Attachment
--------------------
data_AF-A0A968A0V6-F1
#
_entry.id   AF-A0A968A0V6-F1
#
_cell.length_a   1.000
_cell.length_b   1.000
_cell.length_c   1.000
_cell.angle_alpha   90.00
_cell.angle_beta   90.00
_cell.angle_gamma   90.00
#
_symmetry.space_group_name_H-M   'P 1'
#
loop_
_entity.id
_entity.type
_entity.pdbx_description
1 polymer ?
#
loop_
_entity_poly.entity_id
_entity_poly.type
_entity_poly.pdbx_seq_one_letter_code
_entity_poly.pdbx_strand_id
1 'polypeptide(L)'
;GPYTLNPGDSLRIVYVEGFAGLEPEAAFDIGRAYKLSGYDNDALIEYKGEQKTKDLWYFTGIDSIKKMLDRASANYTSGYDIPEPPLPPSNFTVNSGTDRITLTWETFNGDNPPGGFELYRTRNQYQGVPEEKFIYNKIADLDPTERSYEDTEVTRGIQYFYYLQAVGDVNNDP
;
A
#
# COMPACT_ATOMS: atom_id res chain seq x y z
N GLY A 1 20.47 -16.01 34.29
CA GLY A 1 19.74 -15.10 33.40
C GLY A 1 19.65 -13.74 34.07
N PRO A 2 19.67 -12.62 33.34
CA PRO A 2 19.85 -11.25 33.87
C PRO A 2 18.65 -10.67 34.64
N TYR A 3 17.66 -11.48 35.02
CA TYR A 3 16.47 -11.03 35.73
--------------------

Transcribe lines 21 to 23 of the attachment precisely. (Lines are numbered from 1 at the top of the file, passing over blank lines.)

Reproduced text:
_entity_poly.entity_id
_entity_poly.type
_entity_poly.pdbx_seq_one_letter_code